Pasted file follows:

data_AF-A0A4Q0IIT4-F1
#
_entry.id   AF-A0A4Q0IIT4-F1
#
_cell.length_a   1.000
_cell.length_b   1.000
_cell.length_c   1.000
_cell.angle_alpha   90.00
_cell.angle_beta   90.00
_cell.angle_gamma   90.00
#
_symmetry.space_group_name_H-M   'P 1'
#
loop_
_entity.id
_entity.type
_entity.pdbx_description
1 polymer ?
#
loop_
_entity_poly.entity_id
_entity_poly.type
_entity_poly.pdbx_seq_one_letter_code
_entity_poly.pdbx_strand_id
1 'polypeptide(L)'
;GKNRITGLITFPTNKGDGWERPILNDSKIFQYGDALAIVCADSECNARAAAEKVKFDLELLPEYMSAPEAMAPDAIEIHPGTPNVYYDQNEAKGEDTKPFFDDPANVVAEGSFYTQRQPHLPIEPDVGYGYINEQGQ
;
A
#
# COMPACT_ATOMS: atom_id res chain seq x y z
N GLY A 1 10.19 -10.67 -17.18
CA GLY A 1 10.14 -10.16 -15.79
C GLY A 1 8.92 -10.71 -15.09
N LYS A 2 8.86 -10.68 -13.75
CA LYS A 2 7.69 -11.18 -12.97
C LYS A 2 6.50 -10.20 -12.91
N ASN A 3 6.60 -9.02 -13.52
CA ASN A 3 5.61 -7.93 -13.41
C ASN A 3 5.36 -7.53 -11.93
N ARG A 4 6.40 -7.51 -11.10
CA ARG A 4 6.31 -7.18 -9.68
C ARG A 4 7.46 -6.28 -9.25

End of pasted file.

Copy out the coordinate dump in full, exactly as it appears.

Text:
data_AF-A0A4Q0IIT4-F1
#
_entry.id   AF-A0A4Q0IIT4-F1
#
_cell.length_a   1.000
_cell.length_b   1.000
_cell.length_c   1.000
_cell.angle_alpha   90.00
_cell.angle_beta   90.00
_cell.angle_gamma   90.00
#
_symmetry.space_group_name_H-M   'P 1'
#
loop_
_entity.id
_entity.type
_entity.pdbx_description
1 polymer ?
#
loop_
_entity_poly.entity_id
_entity_poly.type
_entity_poly.pdbx_seq_one_letter_code
_entity_poly.pdbx_strand_id
1 'polypeptide(L)'
;GKNRITGLITFPTNKGDGWERPILNDSKIFQYGDALAIVCADSECNARAAAEKVKFDLELLPEYMSAPEAMAPDAIEIHPGTPNVYYDQNEAKGEDTKPFFDDPANVVAEGSFYTQRQPHLPIEPDVGYGYINEQGQ
;
A
#
# COMPACT_ATOMS: atom_id res chain seq x y z
N GLY A 1 10.19 -10.67 -17.18
CA GLY A 1 10.14 -10.16 -15.79
C GLY A 1 8.92 -10.71 -15.09
N LYS A 2 8.86 -10.68 -13.75
CA LYS A 2 7.69 -11.18 -12.97
C LYS A 2 6.50 -10.20 -12.91
N ASN A 3 6.60 -9.02 -13.52
CA ASN A 3 5.61 -7.93 -13.41
C ASN A 3 5.36 -7.53 -11.93
N ARG A 4 6.40 -7.51 -11.10
CA ARG A 4 6.31 -7.18 -9.68
C ARG A 4 7.46 -6.28 -9.25